ALLSTON MAN MAY PLEAD SELF-DEFENSE IN NEW YEAR'S EVE STABBING
In yesterday's blog, we began discussing this, the first homicide for The Boston area in 2013. Yesterday, the recipient of the stabbing remained unnamed and unknown. Yesterday, Brian T. MacDonald, 24, of Brighton (hereinafter, the "Defendant") was arraigned.
The deceased's name was Anthony "Tony" Spalding. He was a young music producer and art student. He is said to have died as a result of the brawl he had in Allston with the Defendant on New Year's Day.
Mere hours after an indie rock album he had produced was released.
Spaulding became the city’s first murder victim of 2013 when he was killed just before 3 a.m. Tuesday? Friends and fans remembered Mr. Spalding, stating that he will live on in the songs he helped create.
“Tony knew what he was doing and definitely would have been a force to be reckoned with,” said Tyler Kinsherf of the indie folk band Anika Scribbling. “Anything music he was into. He’s left behind a legacy. These files, these tunes will exist forever.”
Spalding died as a result of being stabbed during the fight outside his home on Pratt Street in Austin.
The Defendant,, an assistant manager for Sears Automotive, pleaded not guilty to the murder charge yesterday in Brighton District Court. He was ordered held on $500,000 cash bail by Judge David T Donnelly.
Assistant Suffolk District Attorney Holly Broadbent described for the court the investigation which led to the Defendant's arrest. Apparently, investigators tracked the Defendant down by following a 2 mile trail of blood that the police suggest dripped from cuts on three of the Defendant's fingers. The cuts required emergency room attention.
Broadbent said Spaulding’s 2:40 a.m. request that party guests “quiet down” sparked an argument with the Defendant that exploded into a violent and bloody brawl that resulted in both men tumbling down a staircase and out into the yard. There, they “were rolling on the ground, fighting.”. According to Broadbent, the Defendant was captured on film "running from the crime scene" by a nearby commercial surveillance camera.
“There is no evidence that the victim was ever armed,” The prosecutor added.
It is unknown, at this point, whether there is any evidence that indicated that the Defendant was armed prior to the fight.
Attorney Sam’s Take On The Early Claim Of Self-Defense
What is not indicated in this story, but was released on the radio, is that the defense attorney has already announced his defense. Apparently, it will be the defense of self-defense.
The fact that this is going to be the defense is less surprising than the fact that it has already been announced. This potentially forecloses the possibility of indicating that the defendant was actually not the stabber. After all, well there may be a video of the Defendant running away from the scene, I would be willing to bet that many people, particularly after the stabbing was revealed, ran away. In fact, as indicated in yesterday's blog, the police had to contain everybody so that they would not leave.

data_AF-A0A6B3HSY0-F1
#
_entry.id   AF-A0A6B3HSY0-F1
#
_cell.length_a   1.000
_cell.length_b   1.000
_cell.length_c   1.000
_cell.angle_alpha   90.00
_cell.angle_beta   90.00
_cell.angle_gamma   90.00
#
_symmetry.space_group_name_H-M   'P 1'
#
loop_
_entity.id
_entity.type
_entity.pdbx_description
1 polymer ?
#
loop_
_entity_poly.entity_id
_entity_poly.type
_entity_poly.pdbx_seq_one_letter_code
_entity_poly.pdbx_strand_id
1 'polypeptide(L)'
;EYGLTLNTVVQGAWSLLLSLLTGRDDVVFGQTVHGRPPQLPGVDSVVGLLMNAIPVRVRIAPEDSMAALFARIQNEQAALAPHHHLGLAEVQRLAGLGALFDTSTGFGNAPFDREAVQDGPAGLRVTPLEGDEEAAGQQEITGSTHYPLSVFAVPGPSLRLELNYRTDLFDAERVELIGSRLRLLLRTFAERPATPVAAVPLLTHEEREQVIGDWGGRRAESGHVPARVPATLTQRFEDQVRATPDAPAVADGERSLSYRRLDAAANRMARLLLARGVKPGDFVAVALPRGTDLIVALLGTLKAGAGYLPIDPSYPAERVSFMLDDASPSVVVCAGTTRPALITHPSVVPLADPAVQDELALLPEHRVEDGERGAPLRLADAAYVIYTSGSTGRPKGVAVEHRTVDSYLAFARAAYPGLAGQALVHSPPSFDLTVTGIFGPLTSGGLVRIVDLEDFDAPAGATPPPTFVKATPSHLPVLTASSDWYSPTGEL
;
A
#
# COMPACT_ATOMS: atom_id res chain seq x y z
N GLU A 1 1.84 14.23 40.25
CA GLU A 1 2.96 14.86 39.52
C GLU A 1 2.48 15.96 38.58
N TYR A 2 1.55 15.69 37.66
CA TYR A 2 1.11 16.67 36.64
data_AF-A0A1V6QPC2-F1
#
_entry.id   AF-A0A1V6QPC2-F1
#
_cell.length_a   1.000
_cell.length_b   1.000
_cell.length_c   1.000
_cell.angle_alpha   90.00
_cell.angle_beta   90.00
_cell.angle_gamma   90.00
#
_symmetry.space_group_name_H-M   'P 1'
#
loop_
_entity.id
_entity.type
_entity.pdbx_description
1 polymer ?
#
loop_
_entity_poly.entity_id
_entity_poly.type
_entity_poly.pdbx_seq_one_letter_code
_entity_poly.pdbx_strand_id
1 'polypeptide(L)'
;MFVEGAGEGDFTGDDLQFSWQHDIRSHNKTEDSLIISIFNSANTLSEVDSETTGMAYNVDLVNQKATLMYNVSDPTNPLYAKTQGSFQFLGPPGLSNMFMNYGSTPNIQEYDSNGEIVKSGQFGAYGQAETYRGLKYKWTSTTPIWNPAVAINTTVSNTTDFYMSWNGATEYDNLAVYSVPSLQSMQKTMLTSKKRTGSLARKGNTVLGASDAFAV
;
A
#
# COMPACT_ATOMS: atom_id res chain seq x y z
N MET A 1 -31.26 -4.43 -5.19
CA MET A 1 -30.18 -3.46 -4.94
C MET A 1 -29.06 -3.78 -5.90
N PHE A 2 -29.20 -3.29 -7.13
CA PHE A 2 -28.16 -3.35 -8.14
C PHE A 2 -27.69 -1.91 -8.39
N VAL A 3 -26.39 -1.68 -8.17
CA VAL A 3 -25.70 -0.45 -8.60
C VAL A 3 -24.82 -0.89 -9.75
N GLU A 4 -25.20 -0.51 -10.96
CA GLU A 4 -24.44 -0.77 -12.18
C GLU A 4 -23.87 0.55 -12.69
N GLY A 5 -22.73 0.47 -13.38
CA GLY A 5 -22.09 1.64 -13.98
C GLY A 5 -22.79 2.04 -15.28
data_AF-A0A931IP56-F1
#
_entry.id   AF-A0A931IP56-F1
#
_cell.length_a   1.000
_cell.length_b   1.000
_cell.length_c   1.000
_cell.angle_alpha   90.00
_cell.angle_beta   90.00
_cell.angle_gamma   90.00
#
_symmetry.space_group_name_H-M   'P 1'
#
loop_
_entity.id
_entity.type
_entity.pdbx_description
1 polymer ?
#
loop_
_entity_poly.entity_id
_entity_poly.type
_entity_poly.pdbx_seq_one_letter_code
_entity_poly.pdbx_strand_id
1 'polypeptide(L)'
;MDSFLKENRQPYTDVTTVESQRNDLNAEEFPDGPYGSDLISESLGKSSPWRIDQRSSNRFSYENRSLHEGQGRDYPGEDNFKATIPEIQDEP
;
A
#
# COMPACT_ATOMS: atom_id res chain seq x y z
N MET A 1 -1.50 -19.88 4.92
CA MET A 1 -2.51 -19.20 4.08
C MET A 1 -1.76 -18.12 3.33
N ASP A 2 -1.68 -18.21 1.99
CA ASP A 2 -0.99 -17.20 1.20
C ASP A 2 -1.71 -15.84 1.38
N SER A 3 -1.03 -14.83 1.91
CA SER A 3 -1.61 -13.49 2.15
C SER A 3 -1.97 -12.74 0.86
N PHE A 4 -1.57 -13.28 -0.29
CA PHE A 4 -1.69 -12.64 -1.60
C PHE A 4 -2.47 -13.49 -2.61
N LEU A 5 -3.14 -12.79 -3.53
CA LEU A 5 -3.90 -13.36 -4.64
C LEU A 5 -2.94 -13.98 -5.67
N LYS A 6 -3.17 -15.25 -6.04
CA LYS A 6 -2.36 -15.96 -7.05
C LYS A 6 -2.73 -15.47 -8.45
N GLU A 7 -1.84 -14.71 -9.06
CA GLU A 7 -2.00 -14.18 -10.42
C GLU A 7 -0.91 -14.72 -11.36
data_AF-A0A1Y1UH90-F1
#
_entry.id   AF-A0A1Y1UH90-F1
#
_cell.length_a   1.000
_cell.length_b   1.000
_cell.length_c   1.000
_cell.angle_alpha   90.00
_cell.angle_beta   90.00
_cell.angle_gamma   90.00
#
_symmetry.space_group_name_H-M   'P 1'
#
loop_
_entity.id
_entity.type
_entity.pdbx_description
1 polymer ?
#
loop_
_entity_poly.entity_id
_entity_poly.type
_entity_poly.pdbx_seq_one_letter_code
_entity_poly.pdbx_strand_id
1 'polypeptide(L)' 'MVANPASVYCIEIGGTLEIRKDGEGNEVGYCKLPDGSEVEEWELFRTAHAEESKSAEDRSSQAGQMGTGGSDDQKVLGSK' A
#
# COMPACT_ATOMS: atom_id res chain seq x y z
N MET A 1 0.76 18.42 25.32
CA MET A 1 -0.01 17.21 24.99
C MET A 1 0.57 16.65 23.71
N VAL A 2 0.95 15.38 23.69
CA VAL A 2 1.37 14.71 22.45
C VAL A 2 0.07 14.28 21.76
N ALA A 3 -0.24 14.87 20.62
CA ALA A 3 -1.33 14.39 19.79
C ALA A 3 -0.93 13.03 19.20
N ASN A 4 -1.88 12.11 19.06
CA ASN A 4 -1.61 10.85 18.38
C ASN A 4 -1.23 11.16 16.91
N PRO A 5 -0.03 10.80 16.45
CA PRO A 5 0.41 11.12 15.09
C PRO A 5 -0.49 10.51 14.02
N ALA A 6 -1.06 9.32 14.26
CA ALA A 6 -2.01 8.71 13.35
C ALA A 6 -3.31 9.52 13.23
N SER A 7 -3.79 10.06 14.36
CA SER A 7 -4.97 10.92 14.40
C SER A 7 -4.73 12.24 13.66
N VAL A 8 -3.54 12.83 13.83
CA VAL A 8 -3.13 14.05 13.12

Of course, while the case is still in its infancy, the defense attorney very likely knows more of what the witnesses told police then we do. For example, we also do not know whether the defendant and the deceased were the only two who were involved in the fight. Often, friends on one or the other side, or both, join in if only to try to break up the fight. As for the bloody fingers, there could be all sorts of explanations.
"Hey Sam, does the fact that the defense attorney claimed that self-defense is going to be the actual defense in the case preclude him from raising these other defenses later?"
Actually, no. As long as one is not actually at the jury trial beginning the case arguing one theory and then, at the end of the case switching that theory, it should not be deadly to the defense.
There is still a risk however. If you're going to claim a particular defense early on you want to be able to stay with that, if possible. This is because you don't know who is going to end up being in your jury pool In what they had heard about the case previously.
"Sam, can the prosecutor tell the jury that the attorney had argued another theory of the case previously?"
No. Except in extremely limited circumstances, what the attorney may or may not have said about the case is not part of the evidence. If it was the Defendant who had made the statement, of course, it would be another story.
"Won't the judge at the trial Ask of the jurors whether they knew anything about the case prior and, if they did, can they still keep an open mind?"
Sure. But we know that Jurors are not always completely up front with that. Further, sometimes jurors believe they can still be fair and impartial but then find that they are influenced by what they already knew. The bottom line is that you want to be careful with what public statements you say, if you are an attorney, because those statements could come back to haunt you come time of trial.
"How strong is the self-defense defense in this case?"
Let's discuss that tomorrow as we finish discussing this case.